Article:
All good gardeners know that farm manure is an important adjunct to gardening when it can be obtained. 

The chief value of manure is in the bacteria that it contains. It is primarily a source of organic matter rather than plant nutrients. 

Cow Manure

Cow manure is best for light soils, and horse manure is for heavy soils. Fresh manure may be applied to heavy land in the fall. 

It is, of course, high in nitrogen (N) besides containing weed seeds and possibly grubs. Well-rotted manure is applied after spading in the spring. 

It is safer and more even in its action than fresh manure but has lost much of its plant food value.

Light Application Of Manure

For a light application of manure, spread 1/16 cord over 1000 square feet. 

For a medium application, use a 1/8 cord to 1000 square feet, but for a heavy application, increase the amount of manure to one-fourth cord per 1000 square feet.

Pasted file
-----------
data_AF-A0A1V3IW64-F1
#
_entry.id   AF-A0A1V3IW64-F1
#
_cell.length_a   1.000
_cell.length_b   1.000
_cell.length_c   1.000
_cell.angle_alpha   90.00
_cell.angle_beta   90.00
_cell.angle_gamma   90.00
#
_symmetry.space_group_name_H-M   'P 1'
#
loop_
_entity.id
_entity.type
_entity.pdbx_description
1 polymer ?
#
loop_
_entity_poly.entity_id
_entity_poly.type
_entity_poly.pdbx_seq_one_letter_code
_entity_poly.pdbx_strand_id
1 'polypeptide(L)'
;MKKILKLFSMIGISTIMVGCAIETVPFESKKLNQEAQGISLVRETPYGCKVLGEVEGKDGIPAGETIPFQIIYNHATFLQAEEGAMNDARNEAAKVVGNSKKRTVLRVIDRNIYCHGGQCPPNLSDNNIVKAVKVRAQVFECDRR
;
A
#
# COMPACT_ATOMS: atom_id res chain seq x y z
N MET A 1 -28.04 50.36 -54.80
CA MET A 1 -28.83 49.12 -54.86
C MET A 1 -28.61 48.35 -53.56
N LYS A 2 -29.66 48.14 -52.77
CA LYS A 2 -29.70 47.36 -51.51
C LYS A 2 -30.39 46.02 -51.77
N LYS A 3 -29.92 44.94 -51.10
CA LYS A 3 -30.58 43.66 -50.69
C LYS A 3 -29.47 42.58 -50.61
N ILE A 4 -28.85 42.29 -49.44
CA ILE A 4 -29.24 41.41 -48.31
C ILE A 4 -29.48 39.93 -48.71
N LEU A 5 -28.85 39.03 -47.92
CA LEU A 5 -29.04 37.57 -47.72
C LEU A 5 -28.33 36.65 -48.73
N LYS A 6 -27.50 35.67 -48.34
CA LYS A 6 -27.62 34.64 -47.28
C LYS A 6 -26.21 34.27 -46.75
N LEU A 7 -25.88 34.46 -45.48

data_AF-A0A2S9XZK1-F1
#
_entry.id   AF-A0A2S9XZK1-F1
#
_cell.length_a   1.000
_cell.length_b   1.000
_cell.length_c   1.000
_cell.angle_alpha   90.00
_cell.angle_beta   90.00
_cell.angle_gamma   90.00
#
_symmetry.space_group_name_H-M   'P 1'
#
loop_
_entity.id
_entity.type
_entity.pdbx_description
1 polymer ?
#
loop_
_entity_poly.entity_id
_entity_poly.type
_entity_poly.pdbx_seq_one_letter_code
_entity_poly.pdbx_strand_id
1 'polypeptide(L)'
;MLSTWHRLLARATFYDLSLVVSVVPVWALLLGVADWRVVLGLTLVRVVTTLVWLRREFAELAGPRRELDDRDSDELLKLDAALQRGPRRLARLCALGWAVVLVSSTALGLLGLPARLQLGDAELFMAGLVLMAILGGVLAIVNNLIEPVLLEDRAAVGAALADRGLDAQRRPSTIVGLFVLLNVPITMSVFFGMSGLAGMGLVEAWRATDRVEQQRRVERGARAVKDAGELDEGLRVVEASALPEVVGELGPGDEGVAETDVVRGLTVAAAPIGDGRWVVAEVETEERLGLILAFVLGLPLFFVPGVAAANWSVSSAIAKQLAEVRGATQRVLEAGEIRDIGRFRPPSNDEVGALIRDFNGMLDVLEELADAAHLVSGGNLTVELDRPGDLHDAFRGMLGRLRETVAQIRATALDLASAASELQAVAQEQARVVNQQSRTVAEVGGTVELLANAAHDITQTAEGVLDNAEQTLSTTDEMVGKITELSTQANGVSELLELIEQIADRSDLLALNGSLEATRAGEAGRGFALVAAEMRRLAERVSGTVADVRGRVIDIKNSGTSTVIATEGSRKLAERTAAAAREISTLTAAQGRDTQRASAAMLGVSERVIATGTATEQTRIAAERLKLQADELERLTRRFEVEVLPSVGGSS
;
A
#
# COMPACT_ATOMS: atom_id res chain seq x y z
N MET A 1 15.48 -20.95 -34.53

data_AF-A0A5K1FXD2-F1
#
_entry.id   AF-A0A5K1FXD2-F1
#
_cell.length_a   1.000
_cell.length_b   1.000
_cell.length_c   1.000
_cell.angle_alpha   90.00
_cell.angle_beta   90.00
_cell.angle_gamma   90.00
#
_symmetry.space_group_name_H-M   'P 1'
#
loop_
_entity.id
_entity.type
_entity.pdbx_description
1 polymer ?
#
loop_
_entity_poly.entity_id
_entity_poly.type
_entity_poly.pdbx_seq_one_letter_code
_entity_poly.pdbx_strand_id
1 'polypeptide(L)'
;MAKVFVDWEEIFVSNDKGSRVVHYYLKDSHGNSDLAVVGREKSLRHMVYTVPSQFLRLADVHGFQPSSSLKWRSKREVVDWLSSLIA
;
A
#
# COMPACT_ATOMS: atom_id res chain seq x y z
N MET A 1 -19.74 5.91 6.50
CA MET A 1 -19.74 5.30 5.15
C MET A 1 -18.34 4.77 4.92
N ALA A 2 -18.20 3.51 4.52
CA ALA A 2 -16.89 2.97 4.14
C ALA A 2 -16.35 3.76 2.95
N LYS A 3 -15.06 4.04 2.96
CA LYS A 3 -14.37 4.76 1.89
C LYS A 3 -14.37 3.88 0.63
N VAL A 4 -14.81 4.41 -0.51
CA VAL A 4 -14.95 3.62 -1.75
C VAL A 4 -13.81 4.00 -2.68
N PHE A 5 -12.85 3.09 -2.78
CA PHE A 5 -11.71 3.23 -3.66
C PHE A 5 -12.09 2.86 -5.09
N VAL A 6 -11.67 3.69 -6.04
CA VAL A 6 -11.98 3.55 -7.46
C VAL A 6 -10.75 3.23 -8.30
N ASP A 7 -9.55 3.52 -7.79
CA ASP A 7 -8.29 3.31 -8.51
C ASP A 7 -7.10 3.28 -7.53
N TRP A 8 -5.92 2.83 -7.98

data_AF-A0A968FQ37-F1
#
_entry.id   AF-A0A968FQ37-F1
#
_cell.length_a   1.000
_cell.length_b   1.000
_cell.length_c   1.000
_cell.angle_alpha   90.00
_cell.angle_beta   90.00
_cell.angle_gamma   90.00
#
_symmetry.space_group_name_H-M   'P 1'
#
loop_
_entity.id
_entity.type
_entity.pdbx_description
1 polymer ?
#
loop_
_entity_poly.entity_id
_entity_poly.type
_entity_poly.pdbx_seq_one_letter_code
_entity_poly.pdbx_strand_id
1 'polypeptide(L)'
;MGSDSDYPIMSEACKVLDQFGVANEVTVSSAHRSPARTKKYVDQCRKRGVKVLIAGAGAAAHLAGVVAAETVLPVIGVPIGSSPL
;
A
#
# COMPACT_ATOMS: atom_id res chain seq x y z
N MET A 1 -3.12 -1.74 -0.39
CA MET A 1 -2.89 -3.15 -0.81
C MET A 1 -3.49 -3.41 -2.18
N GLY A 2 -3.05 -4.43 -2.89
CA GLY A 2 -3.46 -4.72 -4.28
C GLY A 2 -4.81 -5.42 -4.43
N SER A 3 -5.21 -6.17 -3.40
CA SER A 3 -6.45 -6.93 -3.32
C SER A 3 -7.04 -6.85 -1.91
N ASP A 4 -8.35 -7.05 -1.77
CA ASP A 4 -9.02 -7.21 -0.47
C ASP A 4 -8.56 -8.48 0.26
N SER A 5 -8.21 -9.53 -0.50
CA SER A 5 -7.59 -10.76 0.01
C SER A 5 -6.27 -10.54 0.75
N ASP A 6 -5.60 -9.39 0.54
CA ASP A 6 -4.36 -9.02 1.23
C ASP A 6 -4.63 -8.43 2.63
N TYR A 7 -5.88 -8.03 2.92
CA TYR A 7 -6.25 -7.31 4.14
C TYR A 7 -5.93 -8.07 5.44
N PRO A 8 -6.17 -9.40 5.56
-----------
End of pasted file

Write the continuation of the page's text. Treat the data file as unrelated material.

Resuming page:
(One ton equals one-half cord. One cubic yard equals one-fifth of a cord.) 

Use 40 pounds of superphosphate per 1000 square feet with the manure. Actually, using stable manure and superphosphate alone is insufficient to maintain soil fertility. 

These must be properly coordinated with lime, commercial fertilizers, leguminous cover crops, good tillage, weed removal, and control of soil water and erosion.

Storing Manure In The Open

If manure must be stored in the open, have flat piles not less than 4’ feet deep with sides steep enough to shed water. 

Keep this pile moist and compact. The soil beneath the pile should be puddled or covered with cement. Cover the pile with a thin layer of soil to prevent ammonia loss. 

Loose piles, stored in summer, lose two-thirds of their organic matter, nitrogen (N) and potassium (K), in addition to two-fifths of their phosphorus (P) content. 

Spreading Manure Directly